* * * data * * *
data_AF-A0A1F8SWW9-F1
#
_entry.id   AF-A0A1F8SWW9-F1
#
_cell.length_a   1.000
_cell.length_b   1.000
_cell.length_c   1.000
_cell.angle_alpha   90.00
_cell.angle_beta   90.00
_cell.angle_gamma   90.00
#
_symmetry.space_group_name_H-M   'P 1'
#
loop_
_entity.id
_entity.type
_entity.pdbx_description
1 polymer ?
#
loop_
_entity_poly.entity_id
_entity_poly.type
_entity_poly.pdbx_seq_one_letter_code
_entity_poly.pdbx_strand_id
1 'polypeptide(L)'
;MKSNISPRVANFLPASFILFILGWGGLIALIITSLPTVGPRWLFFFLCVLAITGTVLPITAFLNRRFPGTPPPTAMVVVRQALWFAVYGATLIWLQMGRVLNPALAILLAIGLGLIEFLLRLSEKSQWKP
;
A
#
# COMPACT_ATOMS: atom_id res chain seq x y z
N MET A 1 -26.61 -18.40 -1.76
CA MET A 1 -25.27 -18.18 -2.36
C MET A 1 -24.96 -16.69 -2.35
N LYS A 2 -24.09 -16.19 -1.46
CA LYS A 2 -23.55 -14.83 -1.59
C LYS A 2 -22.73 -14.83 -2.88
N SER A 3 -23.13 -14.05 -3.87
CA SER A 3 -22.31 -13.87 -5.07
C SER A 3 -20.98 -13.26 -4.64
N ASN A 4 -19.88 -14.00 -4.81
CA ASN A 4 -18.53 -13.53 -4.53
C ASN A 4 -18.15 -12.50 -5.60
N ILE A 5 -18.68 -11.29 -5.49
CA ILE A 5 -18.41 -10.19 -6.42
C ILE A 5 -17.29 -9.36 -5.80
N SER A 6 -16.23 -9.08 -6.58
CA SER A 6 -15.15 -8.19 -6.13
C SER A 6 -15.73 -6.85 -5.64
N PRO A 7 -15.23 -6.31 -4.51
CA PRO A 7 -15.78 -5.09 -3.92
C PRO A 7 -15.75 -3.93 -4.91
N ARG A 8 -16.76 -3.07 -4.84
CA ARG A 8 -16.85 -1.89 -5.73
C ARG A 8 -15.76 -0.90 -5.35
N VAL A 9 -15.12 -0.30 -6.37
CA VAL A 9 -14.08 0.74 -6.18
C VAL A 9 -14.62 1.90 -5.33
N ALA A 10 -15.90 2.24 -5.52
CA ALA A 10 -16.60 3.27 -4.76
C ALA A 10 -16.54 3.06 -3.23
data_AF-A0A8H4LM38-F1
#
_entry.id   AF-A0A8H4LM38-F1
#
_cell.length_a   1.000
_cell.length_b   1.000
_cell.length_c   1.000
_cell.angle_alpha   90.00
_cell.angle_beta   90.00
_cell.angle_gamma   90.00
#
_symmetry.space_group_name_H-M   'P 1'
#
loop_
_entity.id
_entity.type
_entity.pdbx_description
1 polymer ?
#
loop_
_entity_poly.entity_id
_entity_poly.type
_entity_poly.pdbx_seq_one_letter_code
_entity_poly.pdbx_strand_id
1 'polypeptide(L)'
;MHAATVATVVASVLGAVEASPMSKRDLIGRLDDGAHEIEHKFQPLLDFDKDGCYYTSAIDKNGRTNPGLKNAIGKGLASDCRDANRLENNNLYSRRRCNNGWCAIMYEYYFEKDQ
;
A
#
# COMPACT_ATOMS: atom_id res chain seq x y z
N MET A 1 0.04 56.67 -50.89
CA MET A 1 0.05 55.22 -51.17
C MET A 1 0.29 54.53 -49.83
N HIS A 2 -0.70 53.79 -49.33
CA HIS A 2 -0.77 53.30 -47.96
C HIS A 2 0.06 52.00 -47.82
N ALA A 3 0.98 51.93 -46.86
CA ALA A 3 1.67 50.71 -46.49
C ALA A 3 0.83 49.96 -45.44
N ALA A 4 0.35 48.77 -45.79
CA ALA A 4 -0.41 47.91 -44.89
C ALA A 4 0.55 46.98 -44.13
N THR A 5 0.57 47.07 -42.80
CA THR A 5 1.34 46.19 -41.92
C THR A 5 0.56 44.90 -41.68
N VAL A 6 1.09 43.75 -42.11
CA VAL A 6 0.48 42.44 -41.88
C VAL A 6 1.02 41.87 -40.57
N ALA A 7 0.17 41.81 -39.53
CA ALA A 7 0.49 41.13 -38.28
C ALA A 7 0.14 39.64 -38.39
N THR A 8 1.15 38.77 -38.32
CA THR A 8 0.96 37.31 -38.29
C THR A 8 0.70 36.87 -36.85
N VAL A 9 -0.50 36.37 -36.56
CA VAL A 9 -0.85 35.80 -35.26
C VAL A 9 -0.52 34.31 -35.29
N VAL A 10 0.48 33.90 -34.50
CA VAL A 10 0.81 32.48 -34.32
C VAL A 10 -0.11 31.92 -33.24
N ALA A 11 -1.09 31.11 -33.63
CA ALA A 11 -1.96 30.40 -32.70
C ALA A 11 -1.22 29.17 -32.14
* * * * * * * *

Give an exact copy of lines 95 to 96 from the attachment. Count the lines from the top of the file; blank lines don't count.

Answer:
CA HIS A 2 -0.77 53.30 -47.96
C HIS A 2 0.06 52.00 -47.82